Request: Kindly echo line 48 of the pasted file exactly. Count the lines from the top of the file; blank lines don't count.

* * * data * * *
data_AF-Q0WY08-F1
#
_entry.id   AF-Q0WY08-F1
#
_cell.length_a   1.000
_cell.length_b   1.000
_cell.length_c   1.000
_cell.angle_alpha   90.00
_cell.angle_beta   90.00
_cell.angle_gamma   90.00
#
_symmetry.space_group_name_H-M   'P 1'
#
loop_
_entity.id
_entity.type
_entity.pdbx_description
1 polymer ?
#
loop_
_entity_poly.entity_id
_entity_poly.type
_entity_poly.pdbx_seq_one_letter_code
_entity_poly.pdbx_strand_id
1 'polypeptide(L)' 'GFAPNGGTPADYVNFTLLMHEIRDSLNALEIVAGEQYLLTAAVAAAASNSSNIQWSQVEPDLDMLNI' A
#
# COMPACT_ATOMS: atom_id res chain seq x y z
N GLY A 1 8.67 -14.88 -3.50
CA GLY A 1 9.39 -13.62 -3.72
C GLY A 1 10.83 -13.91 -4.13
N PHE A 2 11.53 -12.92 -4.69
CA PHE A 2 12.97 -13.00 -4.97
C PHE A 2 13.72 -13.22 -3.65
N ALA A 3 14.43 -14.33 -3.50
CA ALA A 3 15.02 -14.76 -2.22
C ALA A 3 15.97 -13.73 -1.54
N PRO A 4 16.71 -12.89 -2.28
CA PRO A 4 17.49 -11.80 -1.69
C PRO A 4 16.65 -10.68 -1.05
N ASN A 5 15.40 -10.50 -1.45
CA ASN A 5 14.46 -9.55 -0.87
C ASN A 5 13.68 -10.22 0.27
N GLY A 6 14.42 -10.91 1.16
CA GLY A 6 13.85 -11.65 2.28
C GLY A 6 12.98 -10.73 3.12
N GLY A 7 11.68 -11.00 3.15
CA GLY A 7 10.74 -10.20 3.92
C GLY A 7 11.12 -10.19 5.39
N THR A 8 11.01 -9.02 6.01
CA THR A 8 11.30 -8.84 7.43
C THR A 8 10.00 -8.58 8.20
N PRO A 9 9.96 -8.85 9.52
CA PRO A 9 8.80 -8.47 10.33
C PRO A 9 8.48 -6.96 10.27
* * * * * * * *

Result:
C GLY A 7 11.12 -10.19 5.39